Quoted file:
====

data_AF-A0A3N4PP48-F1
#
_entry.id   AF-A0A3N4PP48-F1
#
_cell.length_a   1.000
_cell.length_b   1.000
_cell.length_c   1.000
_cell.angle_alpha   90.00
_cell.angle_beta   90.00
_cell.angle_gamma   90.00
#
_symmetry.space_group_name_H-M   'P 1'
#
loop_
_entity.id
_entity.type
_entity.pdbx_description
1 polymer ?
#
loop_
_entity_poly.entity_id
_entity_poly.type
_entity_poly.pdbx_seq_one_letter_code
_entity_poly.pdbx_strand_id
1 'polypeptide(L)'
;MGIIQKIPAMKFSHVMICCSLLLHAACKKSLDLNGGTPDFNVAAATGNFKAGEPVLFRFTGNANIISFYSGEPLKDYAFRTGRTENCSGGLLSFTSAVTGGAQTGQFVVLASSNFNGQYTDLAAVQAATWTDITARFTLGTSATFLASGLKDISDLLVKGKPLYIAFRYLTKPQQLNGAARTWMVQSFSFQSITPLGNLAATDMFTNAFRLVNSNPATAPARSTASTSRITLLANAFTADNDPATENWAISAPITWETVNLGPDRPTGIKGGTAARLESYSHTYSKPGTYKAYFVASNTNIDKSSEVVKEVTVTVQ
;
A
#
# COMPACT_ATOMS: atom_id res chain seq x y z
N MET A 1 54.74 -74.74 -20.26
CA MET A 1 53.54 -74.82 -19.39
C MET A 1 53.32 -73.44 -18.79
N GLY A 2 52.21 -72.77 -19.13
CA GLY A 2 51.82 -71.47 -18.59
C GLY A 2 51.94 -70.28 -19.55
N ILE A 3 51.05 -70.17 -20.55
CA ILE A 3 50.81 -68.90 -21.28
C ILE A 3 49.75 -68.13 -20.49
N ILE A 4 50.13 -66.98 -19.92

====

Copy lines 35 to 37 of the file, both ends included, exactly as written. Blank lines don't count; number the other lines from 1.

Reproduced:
CA GLY A 2 51.82 -71.47 -18.59
C GLY A 2 51.94 -70.28 -19.55
N ILE A 3 51.05 -70.17 -20.55